Since August 30, 18 seminarians are missing in Malang, another town in East Java. A group of 23 seminarians went to Timor to vote in the referendum, but only five returned, bringing with them horrifying stories of massacres and all kinds of violence perpetrated by the militias.

    The five seminarians who returned are in a state of shock, having seen relatives and companions tortured and killed. One saw his sister being raped; another saw his parents being killed, the Seminary chaplain told "Fides." ZE99100131

    Meanwhile in Rome, the Salesian General Direction confirmed that Bishop Carlos Belo, Nobel Peace Prize recipient, said in Germany that he will not hold public office in his country, which is now recognized as independent.

    Bishop Belo, who requested a special "Marshall Plan" of aid for Timor, is traveling to Darwin, Australia, and will return to Dili as soon as possible.

    According to the Indonesian news agency ANTARA, the European Union proposed the Vatican as mediator between the conflicting parties in East Timor, in order to accelerate the peace process on the Island.

    ANTARA reported that Lars Backstrom, director of humanitarian aid for refugees, believes the Vatican would be an "excellent" mediator to begin the process of reconciliation, since a neutral institution is necessary to reconcile the pro-Indonesia militias with the pro-independence groups. ZE99100102

    The Salesians in Timor are all well, and are able to return to their houses. It would seem that only "Los Palos" orphanage has been destroyed. Some buildings in the center of Dili, are nothing but heaps of rubble.

    This is the first direct information that the General Direction has received from Fr. Wong, superior of the Jakarta province, who has just returned from Timor. The buildings of the Dili house are currently occupied by French military of the Peace Force, who use them as a hospital and for the distribution of urgently needed goods.

    "The latest tragic events that happened last Saturday and Sunday, have confirmed the ferocity and cruelty against religious and the Catholic Church, VID explained -- the Information Service of Religious Communities. We hope that the sacrifice of the two Canossian Sisters, the two deacons, the seminarians, the reporter and other lay volunteers will truly be the tail end of an insanity now under control, and of a tragedy that has gone beyond all measure of atrocity and suffering." ZE99100115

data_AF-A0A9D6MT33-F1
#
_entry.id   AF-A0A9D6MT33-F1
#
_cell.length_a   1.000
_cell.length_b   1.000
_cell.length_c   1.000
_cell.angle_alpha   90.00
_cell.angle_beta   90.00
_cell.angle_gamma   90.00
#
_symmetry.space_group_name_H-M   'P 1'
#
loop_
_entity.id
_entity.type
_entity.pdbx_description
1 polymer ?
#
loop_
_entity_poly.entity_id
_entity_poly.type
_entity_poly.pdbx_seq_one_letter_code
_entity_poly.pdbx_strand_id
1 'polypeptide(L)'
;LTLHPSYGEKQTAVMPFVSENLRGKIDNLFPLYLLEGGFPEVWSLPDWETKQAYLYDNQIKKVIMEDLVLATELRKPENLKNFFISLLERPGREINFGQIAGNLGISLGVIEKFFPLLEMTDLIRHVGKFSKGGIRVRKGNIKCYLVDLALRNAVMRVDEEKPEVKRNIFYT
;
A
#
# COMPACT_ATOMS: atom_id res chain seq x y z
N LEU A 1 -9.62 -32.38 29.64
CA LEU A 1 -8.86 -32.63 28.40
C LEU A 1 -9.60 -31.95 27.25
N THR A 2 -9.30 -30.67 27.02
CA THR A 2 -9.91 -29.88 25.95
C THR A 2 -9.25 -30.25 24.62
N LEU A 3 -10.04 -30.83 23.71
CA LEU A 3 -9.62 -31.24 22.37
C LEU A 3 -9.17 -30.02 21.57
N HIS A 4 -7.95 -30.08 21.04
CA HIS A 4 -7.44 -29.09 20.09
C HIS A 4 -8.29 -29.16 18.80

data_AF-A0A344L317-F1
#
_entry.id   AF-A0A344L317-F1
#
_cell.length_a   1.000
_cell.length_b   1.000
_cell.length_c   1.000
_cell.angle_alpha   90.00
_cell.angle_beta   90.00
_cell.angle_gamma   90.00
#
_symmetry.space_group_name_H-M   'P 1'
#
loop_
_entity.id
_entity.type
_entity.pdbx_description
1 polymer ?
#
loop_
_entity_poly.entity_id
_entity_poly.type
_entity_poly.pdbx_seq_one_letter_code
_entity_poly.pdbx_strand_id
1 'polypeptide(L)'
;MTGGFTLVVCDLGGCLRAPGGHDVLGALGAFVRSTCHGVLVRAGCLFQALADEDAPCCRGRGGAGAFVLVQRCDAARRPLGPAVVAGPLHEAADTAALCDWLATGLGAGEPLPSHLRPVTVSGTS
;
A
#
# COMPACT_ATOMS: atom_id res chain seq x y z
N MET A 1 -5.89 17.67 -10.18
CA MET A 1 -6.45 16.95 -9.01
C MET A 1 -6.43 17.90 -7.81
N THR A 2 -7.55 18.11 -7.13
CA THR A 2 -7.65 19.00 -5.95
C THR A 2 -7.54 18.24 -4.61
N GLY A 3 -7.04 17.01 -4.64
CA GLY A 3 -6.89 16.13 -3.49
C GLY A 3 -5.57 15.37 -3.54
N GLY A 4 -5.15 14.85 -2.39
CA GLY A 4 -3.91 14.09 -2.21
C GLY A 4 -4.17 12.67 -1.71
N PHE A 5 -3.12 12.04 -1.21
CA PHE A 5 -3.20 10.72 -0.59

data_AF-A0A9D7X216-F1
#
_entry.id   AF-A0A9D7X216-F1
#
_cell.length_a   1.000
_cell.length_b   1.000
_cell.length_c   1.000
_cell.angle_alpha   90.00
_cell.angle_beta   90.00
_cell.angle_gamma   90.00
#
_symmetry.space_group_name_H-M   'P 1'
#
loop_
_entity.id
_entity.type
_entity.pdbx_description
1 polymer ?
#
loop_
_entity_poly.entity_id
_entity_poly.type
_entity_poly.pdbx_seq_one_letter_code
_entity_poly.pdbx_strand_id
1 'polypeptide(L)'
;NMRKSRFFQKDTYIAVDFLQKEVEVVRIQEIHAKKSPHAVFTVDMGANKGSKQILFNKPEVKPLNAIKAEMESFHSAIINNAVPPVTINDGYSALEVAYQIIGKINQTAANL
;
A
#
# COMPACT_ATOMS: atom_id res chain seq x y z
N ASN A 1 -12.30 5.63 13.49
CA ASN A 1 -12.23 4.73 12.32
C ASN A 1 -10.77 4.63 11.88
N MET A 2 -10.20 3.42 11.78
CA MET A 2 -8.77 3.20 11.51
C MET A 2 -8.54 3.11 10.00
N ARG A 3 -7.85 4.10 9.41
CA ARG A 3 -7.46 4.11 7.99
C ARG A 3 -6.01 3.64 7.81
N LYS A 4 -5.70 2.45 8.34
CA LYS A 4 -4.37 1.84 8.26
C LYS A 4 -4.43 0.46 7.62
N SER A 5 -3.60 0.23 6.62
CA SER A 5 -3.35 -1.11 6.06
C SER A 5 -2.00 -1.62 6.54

BISHOP'S SYNOD FOR EUROPE UNDERWAY IN THE VATICAN

    VATICAN CITY, 2 (NE) The Second Special Assembly for Europe of the Synod of Bishops began Friday in the Vatican, gathering bishops from all over the continent to reflect on Evangelization in the "old continent". On Thursday, Cardinal Jan Schotte, secretary general of the Synod of Bishops, held a briefing to present the event that will take place with the theme "Christ alive in his Church, source of hope for Europe."

    Cardinal Schotte began with an overview of a history of synods, which began under Pope Paul VI, and then proceeded to give background on the European synod, which will conclude October 23. Among other themes, the Cardinal emphasized that the present Synod for Europe "will be more dedicated to the ecclesiastic than the historic situation in the different European countries," discussing "how the Church has put into practice the teachings and main guidelines of the Vatican II Council in these countries."

    He also stated that "the main challenge we must face is not a political nor a social problem, but the weakening of faith." "Europe," he explained, "suffers a problem of knowledge and transmission of faith."

    He also recalled that the five continental synods preparing the Third Millennium have been oriented to the New Evangelization. "The New Evangelization will be at the heart of the debate in this Second Special Assembly for Europe of the Synod of Bishops," stated Cardinal Schotte.


Finally the long-awaited books "I SOLEMNLY TELL YOU..." and THE HIDDEN WAY are NOW available!

     With the messages completed, you can now order the book that contains ALL the messages. This much-anticipated 224-page book of ALL the messages to the world imparted to the Hidden Flower of the Immaculate Heart from the Sacred Heart of Jesus and the Immaculate Heart of Mary is a lasting gift that will inspire you in your faith, and all God asks of us. You can acquire your own handsome, coffee-table top copy of "I SOLEMNLY TELL YOU..." containing all 632 messages or the THE HIDDEN WAY containing 100 inspirational Meditative Lessons from Our Lord and Our Lady on Church Doctrine by clicking on "I SOLEMNLY TELL YOU..." or THE HIDDEN WAY or both books at BOOKS


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October 4, 1999 volume 10, no. 188   DAILY CATHOLIC